years of the deal, and will have the right to sell ads on some
    Microsoft sites.Yahoo estimated the deal will boost its annual
    operating profit by $500 million and save the Sunnyvale, Calif.-based
    company about $275 million on capital expenditures a year because it
    won’t have to invest in its own search technology. An unspecified
    number of Yahoo engineers will lose their jobs as the company scales
    back, Yahoo Chief Executive Carol Bartz told analysts in a Wednesday
    conference call.The deal isn’t expected to close until early next year,
    and then it could take another two years before all the pieces of the
    partnership are in place worldwide. The companies first will give
    antitrust regulators time to review the proposed partnership’s effects
    on the Internet ad market and then it will take time to stitch together
    their different technologies.

    In premarket activity, shares of
    Yahoo slid $1.19, or 6.9 percent, to $16.03, as investors digested the
    fact that the company is not getting an upfront payment from Microsoft,
    as had long been rumored. Microsoft shares advanced 13 cents to
    $23.60.The alliance could give Yahoo a chance to recoup some of the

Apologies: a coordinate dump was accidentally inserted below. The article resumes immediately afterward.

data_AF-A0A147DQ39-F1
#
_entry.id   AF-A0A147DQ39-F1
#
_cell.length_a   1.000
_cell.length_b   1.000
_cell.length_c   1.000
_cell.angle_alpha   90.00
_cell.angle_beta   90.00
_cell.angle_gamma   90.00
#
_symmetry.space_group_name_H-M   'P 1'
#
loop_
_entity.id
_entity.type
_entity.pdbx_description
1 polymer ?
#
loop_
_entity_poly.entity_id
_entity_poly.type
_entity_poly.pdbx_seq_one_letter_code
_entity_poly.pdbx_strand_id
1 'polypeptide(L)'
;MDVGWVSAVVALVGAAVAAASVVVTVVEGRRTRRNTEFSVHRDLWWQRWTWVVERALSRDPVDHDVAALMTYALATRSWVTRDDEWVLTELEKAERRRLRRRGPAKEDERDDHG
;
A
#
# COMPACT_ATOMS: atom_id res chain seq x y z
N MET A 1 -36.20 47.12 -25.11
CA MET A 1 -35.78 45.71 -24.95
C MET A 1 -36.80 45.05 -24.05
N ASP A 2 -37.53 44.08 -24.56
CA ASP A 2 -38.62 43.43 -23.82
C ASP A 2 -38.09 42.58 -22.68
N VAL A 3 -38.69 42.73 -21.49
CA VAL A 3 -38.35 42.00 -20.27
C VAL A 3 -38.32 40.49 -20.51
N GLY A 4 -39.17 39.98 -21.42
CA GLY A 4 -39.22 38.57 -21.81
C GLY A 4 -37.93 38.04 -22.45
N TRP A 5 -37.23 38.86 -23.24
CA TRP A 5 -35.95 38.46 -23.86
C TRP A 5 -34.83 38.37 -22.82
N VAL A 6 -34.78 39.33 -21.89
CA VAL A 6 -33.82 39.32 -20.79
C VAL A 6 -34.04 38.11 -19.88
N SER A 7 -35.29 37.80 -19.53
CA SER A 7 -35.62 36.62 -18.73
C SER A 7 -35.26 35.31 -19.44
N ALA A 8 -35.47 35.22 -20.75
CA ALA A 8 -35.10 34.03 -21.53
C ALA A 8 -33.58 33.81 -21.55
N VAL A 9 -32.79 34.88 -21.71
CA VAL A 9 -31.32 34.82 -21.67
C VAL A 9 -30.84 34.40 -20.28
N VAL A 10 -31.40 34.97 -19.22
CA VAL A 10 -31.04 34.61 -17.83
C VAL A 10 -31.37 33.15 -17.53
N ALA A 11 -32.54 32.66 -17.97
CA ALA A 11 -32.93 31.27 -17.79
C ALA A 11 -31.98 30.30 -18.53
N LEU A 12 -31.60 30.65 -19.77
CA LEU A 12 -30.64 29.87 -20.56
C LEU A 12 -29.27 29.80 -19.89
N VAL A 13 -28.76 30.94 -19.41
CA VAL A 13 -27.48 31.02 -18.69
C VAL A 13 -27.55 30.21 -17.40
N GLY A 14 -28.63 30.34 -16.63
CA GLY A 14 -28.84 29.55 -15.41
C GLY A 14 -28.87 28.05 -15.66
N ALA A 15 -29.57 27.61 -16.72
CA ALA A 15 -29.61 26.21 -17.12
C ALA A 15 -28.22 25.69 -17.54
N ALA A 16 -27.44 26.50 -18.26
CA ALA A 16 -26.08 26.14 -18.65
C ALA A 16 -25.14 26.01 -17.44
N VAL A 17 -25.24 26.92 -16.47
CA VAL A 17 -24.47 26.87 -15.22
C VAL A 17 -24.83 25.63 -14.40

money squandered in May 2008, when it turned down a chance to sell the
    entire company to Microsoft for $47.5 billion.Yahoo’s market value
    currently stands at about $24 billion. Yahoo just came off a tough
    quarter in search advertising, with its revenue in that niche falling
    15 percent in the April-June period.The two rivals began talking about
    a possible partnership as far back as 2005 before Microsoft intensified
    the courtship with last year’s attempt to buy Yahoo.It took Bartz just
    six months to strike a deal with Microsoft — something that neither of
    her predecessors, Terry Semel and Yahoo co-founder Jerry Yang, seemed
    interested in doing.

    Shortly after her arrival, Bartz made it
    clear she was willing to farm out Yahoo’s search engine for “boatloads